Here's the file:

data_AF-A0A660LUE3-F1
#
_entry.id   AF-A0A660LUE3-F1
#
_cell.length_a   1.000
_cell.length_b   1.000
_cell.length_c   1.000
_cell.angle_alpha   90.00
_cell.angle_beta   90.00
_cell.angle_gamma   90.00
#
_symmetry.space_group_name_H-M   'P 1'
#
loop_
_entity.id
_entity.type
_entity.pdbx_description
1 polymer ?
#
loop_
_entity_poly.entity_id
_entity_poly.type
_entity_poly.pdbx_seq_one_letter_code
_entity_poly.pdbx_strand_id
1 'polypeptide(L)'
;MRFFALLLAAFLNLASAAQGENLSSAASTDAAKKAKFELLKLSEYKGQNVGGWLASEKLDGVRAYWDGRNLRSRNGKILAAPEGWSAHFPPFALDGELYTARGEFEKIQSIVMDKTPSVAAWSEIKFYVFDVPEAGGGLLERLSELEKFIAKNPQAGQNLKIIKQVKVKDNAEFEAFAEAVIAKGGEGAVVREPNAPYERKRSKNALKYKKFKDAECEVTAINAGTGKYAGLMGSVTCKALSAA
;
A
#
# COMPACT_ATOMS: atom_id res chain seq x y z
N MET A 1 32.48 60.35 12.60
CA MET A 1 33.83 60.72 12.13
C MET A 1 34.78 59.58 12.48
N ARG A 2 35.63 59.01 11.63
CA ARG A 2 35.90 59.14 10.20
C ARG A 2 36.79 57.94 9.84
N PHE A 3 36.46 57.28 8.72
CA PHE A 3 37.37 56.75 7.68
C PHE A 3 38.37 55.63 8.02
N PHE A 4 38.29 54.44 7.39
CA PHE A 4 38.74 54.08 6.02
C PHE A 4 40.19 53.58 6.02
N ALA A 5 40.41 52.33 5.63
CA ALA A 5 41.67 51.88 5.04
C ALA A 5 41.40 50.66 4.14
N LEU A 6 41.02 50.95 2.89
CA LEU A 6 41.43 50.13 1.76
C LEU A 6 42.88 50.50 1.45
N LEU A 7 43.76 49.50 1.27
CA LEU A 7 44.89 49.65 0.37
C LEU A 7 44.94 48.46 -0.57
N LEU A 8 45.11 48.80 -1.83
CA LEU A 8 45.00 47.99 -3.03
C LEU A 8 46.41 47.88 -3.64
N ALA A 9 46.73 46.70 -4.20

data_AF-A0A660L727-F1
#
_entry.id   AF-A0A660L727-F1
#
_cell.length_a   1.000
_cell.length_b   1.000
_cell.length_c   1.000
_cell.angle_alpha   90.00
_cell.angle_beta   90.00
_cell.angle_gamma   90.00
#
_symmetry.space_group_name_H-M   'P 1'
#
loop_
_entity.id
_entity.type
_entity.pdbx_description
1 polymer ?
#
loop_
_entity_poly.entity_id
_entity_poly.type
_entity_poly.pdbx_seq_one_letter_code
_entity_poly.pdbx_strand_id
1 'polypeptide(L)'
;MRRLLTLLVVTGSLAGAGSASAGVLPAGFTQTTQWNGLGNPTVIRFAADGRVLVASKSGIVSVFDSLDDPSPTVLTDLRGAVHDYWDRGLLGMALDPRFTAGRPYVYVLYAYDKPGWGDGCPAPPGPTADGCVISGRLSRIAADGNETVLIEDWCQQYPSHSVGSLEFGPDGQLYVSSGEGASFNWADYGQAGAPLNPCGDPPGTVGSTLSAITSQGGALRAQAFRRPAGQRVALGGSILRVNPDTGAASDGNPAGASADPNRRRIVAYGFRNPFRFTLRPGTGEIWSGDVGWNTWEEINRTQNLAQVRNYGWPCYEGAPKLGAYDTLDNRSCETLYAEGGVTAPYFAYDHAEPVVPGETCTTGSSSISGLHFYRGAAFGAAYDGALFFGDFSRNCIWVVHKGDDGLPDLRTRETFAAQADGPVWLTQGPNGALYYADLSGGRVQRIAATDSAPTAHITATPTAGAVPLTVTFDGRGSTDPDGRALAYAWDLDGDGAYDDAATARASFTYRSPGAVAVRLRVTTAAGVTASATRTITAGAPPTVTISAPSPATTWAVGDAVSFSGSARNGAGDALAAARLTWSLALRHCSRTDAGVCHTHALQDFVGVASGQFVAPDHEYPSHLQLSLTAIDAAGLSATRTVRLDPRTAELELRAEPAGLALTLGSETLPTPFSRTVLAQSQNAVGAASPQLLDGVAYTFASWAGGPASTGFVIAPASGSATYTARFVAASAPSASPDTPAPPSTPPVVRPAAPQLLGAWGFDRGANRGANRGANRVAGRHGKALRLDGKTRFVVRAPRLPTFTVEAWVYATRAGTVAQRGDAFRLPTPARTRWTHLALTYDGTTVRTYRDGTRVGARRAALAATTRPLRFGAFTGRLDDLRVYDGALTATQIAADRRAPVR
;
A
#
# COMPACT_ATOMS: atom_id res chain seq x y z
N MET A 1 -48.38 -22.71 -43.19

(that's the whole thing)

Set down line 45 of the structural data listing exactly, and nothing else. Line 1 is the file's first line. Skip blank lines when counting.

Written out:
C ALA A 5 41.40 50.66 4.14